Walter E. Williams
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Some of us know more about some things than others, and we often exploit that advantage.

I know more about my driving habits than my auto insurance company. Borrowers know more about their repayment prospects than lenders. The seller of a car knows more about the condition of his car than the buyer. Members of a corporation's board of directors and officers know more about the profitability of the firm than shareholders.

These are just a few among thousands of examples of what economists call asymmetric information -- one side of a transaction knowing more than the other. Should actions taken, and advantages achieved, on the basis of asymmetric (insider) information be made illegal?

Here's a case in point. Martha Stewart, CEO of Martha Stewart Living Omnimedia Co., has been charged with obstructing an investigation into insider trading. She hasn't been charged with illegal insider trading, but she did sell 3,928 shares of stock in the biopharmaceutical company ImClone Systems, earning $228,000, the day before the FDA rejected approval of its anti-cancer drug Erbitux and its stock fell. The Justice Department alleges that she received an unlawful tip from her stockbroker.

U.S. Circuit Judge Richard Posner defines insider trading as: "the practice by which a manager or other insider uses material information not yet disclosed to other shareholders or the outside world to make profits by trading in the firm's stock." One might agree that an officer of a company has a fiduciary duty not to give outsiders confidential company information so they can profit (or avoid losses), but let's look at insider trading as a general phenomenon. What does it do or not do?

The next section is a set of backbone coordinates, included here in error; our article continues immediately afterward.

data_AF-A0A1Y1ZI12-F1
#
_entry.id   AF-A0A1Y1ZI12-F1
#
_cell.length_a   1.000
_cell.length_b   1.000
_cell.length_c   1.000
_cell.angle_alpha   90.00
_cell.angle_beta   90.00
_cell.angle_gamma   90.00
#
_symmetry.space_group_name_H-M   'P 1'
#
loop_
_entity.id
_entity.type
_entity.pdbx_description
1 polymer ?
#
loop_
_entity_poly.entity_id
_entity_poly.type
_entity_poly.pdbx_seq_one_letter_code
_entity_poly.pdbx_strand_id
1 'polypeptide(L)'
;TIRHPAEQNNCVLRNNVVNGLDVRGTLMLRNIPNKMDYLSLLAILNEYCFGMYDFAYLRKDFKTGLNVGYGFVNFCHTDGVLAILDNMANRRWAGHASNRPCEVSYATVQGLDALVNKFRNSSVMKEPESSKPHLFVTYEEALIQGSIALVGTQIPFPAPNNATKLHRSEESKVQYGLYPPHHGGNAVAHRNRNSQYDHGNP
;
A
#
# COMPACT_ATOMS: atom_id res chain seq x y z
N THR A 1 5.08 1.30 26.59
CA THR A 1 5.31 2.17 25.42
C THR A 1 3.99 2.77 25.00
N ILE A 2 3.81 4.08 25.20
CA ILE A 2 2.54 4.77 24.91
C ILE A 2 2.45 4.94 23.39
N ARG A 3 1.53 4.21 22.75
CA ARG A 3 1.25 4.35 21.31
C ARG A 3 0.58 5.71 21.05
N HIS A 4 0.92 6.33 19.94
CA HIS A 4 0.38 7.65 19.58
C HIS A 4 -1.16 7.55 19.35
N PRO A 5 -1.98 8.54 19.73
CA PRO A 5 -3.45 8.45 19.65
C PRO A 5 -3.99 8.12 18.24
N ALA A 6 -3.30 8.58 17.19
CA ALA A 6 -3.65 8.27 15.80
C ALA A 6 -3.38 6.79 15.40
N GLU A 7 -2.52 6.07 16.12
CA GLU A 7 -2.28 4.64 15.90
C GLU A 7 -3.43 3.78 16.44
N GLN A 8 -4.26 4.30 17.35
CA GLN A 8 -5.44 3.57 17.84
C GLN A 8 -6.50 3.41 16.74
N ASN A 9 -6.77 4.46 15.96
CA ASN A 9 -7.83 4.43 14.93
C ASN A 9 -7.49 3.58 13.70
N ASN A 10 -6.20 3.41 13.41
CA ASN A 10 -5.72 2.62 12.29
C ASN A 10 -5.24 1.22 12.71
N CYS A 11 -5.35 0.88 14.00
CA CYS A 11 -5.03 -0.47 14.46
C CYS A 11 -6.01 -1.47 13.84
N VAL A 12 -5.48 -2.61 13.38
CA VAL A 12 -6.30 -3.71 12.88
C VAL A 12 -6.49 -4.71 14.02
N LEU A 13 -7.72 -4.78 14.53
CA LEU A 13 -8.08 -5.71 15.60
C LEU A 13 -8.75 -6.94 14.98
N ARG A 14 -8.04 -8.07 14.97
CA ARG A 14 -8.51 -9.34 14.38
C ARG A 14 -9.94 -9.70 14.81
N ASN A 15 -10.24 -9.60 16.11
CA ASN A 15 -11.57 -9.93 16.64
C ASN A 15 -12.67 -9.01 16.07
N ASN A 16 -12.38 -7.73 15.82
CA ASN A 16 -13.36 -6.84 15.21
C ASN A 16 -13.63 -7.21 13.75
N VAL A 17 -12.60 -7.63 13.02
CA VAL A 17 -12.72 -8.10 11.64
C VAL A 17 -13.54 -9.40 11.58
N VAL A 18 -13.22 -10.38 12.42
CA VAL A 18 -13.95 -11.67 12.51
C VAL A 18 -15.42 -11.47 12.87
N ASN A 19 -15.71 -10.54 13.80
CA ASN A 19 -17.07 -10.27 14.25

The instant the FDA rejected approval of Erbitux, the true asset value of ImClone Systems fell. While the insider might profit from selling on the heels of that knowledge, one thing for certain is that insider trading rapidly gets information to the equity market about ImClone's true value.

You might ask, "Is this fair?" Whether it's fair or not, it's the nature of markets that people benefit from specialized knowledge. I might know that there's oil on your land and you don't, and I buy it from you for a pittance and earn millions. Is that fair?

Take the Enron and WorldCom cases. Long before their collapse, there were insiders who knew about the accounting fraud and other management sharp practices that inflated the worth of the companies. Had just a few of Enron's and WorldCom's many insiders, who knew of these practices, sold their shares or gave out well-placed tips, shareholders would have learned much earlier about the true value of the companies and might have been better able to protect themselves.

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Walter E. Williams

Dr. Williams serves on the faculty of George Mason University as John M. Olin Distinguished Professor of Economics and is the author of 'Race and Economics: How Much Can Be Blamed on Discrimination?' and 'Up from the Projects: An Autobiography.'
 
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